When Donavan Johnson was fifteen years old and only known in small high school circles as “the kid with the green backpack,” the young outcast left earth and took residence on the (still undiscovered) Planet Squaria, where the skyline is marked by towering stacks of comic books and the streets are strewn with tennis shoes, video game controller wires and action figures. It was on this planet that he began to produce his dream music – a mix of street-rooted hip-hop, rock concert drums, space fantasy, soulful samples and superhero references.
I must have arrived at the Blind Pig just after he teleported himself back to earth for an 8 o’clock show. A quick glance at the crowd left my mind spotted with batman symbols, superman t-shirts, Xbox controllers and multi-colored hats and bracelets. I’ve seen pretty diverse audiences but this one was kind of out there, like if Comic Con, Necto and the hookah lounge closed at the same time and sent their patrons to XV’s show.
XV had a presence that brought to mind a lot of different possible influences, but I didn’t get the impression he was trying to fill some sort of mold. He had a Kanye-in-2008 haircut, Big Sean charisma, and enough bracelets and wrist bands to start a souvenir kiosk. He spoke like Kevin Hart imitating Jamie Foxx and he rapped like Lupe might during a practice session, loosened up by a small audience and no grand expectations.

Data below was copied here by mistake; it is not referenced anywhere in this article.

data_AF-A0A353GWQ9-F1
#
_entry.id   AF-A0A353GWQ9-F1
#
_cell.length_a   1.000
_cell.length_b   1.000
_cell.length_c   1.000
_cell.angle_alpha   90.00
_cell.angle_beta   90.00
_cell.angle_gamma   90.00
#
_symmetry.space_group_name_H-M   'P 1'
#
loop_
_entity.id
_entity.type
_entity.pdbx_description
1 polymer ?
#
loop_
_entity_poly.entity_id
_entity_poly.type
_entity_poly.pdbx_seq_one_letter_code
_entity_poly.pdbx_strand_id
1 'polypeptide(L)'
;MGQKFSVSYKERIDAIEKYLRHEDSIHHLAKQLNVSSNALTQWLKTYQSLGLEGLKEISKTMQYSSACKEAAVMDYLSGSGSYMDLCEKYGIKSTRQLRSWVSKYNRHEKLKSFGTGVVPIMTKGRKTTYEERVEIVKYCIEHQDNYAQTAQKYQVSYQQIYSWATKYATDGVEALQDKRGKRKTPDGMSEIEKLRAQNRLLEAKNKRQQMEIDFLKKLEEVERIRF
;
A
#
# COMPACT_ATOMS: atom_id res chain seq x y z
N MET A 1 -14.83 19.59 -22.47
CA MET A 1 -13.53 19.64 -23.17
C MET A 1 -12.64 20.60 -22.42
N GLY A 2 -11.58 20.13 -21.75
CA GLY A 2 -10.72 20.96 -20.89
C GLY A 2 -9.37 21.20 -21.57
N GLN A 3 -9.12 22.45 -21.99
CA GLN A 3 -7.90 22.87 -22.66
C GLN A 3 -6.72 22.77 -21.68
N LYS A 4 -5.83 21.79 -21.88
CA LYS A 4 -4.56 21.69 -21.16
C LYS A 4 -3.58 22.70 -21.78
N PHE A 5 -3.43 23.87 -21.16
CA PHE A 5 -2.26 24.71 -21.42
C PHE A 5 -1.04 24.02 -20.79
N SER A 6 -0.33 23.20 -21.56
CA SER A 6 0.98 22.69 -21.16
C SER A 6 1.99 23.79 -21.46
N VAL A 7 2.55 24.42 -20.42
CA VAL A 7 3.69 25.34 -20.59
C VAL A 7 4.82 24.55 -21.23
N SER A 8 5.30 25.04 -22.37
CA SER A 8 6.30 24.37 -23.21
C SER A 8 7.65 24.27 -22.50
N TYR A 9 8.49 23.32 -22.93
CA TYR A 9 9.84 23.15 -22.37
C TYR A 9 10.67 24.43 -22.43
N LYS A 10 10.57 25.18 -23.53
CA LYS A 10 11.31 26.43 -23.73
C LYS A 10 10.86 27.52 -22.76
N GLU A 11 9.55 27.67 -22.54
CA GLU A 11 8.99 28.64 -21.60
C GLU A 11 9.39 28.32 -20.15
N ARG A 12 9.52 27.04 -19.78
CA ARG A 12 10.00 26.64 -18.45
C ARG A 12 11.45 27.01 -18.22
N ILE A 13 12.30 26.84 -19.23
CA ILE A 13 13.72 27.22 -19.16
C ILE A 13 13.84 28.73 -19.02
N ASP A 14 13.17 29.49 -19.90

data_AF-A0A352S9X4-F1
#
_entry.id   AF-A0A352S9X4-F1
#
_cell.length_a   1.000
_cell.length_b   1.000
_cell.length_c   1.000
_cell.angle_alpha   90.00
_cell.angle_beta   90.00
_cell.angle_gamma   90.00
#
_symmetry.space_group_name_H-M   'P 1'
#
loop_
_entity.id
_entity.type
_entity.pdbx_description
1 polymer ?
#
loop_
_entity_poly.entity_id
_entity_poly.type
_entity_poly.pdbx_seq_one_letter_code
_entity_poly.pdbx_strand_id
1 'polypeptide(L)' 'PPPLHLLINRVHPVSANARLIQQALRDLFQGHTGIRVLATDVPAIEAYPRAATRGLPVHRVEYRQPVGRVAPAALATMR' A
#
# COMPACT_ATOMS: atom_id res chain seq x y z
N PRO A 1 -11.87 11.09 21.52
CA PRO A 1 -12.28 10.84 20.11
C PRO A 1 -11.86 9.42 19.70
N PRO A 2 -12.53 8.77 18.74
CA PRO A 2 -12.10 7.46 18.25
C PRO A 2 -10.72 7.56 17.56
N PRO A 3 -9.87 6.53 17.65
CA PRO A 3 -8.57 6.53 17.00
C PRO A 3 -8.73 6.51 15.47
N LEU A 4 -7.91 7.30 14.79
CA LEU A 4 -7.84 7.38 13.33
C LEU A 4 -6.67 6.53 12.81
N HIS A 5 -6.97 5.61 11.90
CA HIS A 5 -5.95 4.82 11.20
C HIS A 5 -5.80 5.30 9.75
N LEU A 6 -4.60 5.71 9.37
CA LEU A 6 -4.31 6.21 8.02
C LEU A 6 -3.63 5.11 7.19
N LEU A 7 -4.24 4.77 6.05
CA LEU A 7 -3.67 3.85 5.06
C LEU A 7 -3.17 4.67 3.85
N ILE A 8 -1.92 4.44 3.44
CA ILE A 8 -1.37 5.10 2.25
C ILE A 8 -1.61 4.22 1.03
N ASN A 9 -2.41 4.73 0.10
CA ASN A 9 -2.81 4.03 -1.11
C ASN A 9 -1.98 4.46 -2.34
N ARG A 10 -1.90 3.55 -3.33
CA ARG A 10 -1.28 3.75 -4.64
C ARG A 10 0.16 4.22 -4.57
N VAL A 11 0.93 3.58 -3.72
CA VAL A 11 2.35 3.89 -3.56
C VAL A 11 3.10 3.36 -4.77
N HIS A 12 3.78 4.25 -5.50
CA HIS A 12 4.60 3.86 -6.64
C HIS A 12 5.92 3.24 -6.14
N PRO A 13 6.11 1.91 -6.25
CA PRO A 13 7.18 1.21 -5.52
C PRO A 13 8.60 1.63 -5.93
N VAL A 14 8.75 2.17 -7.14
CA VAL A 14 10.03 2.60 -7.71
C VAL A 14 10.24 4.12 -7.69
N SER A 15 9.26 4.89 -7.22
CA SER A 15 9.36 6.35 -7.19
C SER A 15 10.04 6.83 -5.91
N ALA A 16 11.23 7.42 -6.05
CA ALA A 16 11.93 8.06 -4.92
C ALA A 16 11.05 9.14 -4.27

Through a sea of lifted arms I could see XV dancing, jumping, kneeling – inhabiting the small stage like it was a temporary cage. And perhaps that’s true – graduating to bigger platforms begins with imagination, and XV has no shortage of that. But on this night, not only was he forced to showcase his art on a small canvas, but was also slotted in a short, early set with no opportunity for a deserved encore (jamband geniuses The Werks had a claim on the stage for a later show).
So after a series of impressive original songs, tributes to Tupac and Michael Jackson and B.I.G., some talk about Halo and Skyrim, and a frenetic last-song-of-the-show performance to a dubstep sample of “I Can’t Stop,” XV left the stage. A familiar feeling came over me, a feeling I first had when I saw Mac Miller perform at the Blind Pig over a year and a half ago. A feeling that I was lucky to see this guy up-close-and-in-person at a small venue, because his trajectory doesn’t allow for many more shows like this.
What does it take to become famous? You need to have something different and interesting to offer. You need to be skilled at offering it, and you need people to begin demanding more of it. XV returns to Planet Squaria with all his bases covered.